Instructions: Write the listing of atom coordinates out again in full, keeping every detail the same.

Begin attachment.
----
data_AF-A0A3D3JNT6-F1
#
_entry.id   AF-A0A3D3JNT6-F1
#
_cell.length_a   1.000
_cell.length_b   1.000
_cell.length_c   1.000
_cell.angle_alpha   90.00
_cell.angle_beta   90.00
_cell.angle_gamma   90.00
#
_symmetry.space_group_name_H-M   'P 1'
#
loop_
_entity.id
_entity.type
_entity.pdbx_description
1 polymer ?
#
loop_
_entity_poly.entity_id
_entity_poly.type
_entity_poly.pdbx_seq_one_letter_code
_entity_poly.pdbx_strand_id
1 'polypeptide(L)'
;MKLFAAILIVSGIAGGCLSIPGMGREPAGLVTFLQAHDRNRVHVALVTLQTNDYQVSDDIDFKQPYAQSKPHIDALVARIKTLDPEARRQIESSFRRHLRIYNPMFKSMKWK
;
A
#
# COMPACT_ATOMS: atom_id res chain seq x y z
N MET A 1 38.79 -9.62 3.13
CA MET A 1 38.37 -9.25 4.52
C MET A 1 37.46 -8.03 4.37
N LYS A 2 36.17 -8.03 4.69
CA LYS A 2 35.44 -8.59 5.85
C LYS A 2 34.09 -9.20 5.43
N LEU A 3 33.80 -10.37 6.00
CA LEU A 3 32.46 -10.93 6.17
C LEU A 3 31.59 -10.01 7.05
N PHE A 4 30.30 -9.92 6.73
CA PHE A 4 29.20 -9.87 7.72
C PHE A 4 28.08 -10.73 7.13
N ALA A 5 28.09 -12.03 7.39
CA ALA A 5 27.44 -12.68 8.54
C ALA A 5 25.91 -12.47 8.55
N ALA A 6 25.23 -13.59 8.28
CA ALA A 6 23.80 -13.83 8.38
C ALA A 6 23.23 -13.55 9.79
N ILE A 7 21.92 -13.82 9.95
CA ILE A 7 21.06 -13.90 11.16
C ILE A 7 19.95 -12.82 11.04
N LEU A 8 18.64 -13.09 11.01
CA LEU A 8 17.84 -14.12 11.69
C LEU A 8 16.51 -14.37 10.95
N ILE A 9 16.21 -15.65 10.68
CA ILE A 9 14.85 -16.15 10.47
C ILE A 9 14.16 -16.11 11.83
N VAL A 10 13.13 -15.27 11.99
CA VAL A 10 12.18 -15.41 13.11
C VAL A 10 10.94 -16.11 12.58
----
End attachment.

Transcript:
data_AF-A0A3D3JNT6-F1
#
_entry.id   AF-A0A3D3JNT6-F1
#
_cell.length_a   1.000
_cell.length_b   1.000
_cell.length_c   1.000
_cell.angle_alpha   90.00
_cell.angle_beta   90.00
_cell.angle_gamma   90.00
#
_symmetry.space_group_name_H-M   'P 1'
#
loop_
_entity.id
_entity.type
_entity.pdbx_description
1 polymer ?
#
loop_
_entity_poly.entity_id
_entity_poly.type
_entity_poly.pdbx_seq_one_letter_code
_entity_poly.pdbx_strand_id
1 'polypeptide(L)'
;MKLFAAILIVSGIAGGCLSIPGMGREPAGLVTFLQAHDRNRVHVALVTLQTNDYQVSDDIDFKQPYAQSKPHIDALVARIKTLDPEARRQIESSFRRHLRIYNPMFKSMKWK
;
A
#
# COMPACT_ATOMS: atom_id res chain seq x y z
N MET A 1 38.79 -9.62 3.13
CA MET A 1 38.37 -9.25 4.52
C MET A 1 37.46 -8.03 4.37
N LYS A 2 36.17 -8.03 4.69
CA LYS A 2 35.44 -8.59 5.85
C LYS A 2 34.09 -9.20 5.43
N LEU A 3 33.80 -10.37 6.00
CA LEU A 3 32.46 -10.93 6.17
C LEU A 3 31.59 -10.01 7.05
N PHE A 4 30.30 -9.92 6.73
CA PHE A 4 29.20 -9.87 7.72
C PHE A 4 28.08 -10.73 7.13
N ALA A 5 28.09 -12.03 7.39
CA ALA A 5 27.44 -12.68 8.54
C ALA A 5 25.91 -12.47 8.55
N ALA A 6 25.23 -13.59 8.28
CA ALA A 6 23.80 -13.83 8.38
C ALA A 6 23.23 -13.55 9.79
N ILE A 7 21.92 -13.82 9.95
CA ILE A 7 21.06 -13.90 11.16
C ILE A 7 19.95 -12.82 11.04
N LEU A 8 18.64 -13.09 11.01
CA LEU A 8 17.84 -14.12 11.69
C LEU A 8 16.51 -14.37 10.95
N ILE A 9 16.21 -15.65 10.68
CA ILE A 9 14.85 -16.15 10.47
C ILE A 9 14.16 -16.11 11.83
N VAL A 10 13.13 -15.27 11.99
CA VAL A 10 12.18 -15.41 13.11
C VAL A 10 10.94 -16.11 12.58